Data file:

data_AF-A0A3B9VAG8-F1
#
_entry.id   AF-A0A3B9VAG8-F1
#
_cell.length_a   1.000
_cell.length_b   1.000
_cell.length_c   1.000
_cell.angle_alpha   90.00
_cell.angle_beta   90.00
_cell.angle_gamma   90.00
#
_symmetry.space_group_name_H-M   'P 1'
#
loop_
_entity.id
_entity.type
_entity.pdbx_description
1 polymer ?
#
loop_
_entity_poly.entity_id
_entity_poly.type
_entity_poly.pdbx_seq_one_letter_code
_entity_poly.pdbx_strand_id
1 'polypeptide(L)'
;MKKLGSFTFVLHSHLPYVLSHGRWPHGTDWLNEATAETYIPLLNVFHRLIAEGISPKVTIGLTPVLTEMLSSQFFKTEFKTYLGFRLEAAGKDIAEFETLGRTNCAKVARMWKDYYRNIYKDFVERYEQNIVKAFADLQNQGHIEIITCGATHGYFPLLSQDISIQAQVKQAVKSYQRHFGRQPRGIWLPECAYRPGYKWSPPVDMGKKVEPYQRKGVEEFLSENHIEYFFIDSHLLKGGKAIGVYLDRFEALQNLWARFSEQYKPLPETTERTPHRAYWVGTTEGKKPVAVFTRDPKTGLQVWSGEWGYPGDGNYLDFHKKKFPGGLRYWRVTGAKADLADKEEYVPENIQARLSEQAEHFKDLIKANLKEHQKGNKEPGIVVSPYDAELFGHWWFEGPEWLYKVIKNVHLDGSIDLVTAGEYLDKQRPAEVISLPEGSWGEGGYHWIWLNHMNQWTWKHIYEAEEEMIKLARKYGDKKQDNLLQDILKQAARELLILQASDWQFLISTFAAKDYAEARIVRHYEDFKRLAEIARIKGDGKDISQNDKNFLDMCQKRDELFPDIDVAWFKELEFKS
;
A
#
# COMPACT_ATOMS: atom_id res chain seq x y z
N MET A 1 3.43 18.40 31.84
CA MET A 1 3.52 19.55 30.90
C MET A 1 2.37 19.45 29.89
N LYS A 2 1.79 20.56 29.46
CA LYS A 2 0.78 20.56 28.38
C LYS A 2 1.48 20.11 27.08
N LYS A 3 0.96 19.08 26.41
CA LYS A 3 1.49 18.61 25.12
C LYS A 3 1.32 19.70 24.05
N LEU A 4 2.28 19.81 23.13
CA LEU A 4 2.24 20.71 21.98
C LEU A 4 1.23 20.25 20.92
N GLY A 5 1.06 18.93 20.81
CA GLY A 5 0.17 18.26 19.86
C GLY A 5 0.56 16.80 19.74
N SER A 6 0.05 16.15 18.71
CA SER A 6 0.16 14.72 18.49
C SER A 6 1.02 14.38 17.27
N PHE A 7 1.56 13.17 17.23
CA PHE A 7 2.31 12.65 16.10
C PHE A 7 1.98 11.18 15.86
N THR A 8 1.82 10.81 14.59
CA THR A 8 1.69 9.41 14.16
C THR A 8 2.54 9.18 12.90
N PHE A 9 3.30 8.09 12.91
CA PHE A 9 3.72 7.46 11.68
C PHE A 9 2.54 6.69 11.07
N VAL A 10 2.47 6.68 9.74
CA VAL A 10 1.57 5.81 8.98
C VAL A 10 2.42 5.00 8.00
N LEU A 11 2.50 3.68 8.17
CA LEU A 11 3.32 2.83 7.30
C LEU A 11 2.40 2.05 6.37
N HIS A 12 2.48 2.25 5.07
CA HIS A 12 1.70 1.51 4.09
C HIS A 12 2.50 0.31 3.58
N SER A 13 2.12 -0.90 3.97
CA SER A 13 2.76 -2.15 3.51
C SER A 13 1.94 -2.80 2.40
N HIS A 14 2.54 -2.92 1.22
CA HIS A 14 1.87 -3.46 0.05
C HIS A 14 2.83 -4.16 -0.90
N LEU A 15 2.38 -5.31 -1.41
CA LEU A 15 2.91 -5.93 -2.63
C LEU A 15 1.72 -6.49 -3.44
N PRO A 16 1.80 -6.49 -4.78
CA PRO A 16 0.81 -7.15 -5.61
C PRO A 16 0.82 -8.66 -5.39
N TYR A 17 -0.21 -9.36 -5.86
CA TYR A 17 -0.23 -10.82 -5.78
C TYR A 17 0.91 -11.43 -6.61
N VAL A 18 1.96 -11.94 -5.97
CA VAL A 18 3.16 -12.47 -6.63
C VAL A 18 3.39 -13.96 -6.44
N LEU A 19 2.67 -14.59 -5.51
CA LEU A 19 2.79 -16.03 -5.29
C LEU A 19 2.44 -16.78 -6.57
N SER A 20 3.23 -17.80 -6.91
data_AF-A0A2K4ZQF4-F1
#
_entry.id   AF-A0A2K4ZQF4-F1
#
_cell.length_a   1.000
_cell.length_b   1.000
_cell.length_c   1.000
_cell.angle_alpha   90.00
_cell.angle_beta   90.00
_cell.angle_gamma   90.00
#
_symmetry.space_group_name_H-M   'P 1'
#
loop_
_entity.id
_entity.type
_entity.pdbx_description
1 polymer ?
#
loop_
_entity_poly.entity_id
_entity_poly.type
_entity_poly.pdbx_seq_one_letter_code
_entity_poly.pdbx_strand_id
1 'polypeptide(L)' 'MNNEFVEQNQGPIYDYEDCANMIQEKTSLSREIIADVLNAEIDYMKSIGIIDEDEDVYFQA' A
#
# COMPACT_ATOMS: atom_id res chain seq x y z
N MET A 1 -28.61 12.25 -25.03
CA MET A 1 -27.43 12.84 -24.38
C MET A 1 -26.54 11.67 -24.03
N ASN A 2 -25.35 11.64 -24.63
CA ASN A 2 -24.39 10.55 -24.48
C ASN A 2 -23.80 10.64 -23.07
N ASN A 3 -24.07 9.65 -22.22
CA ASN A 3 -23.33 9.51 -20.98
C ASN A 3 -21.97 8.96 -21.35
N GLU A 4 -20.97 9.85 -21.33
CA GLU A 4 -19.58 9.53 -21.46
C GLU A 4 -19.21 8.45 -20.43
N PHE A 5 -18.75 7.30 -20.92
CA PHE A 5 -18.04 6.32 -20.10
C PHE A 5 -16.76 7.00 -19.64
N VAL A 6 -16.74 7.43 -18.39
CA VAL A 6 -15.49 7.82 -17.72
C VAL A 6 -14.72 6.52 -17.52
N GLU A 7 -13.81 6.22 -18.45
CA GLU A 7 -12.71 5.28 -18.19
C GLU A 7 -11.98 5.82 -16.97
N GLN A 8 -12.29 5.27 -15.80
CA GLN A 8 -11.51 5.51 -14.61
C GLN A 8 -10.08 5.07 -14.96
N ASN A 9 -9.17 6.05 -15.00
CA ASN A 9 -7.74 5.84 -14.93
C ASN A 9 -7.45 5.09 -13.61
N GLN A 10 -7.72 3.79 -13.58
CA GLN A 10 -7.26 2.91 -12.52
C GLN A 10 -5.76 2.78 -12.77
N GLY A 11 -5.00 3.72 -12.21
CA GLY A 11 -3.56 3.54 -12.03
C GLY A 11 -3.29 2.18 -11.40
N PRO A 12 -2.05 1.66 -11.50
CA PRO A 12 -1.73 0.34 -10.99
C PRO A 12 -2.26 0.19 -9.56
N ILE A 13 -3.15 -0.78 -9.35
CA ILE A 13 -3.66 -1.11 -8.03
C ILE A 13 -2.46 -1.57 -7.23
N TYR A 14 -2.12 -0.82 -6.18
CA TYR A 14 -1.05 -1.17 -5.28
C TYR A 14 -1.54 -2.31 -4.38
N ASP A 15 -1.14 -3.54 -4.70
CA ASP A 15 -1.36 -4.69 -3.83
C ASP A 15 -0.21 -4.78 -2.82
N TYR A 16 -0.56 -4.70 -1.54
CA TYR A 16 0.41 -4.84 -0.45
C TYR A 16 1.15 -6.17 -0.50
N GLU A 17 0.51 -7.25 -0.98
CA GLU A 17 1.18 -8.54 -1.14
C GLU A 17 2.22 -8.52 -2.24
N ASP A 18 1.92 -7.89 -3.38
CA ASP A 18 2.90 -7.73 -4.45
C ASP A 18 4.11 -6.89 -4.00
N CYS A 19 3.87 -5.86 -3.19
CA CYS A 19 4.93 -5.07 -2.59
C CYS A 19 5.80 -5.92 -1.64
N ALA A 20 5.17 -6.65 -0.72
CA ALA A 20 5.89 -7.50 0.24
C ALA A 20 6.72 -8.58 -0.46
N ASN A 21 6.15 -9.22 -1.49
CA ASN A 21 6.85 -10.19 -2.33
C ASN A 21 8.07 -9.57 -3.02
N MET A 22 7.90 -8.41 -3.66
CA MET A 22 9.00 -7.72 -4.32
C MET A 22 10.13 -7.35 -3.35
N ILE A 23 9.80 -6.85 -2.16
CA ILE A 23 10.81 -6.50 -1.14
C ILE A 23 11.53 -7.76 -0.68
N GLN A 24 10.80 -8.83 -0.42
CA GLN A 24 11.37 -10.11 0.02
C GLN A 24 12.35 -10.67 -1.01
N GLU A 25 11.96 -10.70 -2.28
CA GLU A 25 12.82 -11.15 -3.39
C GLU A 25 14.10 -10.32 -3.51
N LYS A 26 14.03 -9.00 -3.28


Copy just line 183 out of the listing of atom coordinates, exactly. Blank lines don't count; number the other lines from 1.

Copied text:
CA ILE A 23 10.81 -6.50 -1.14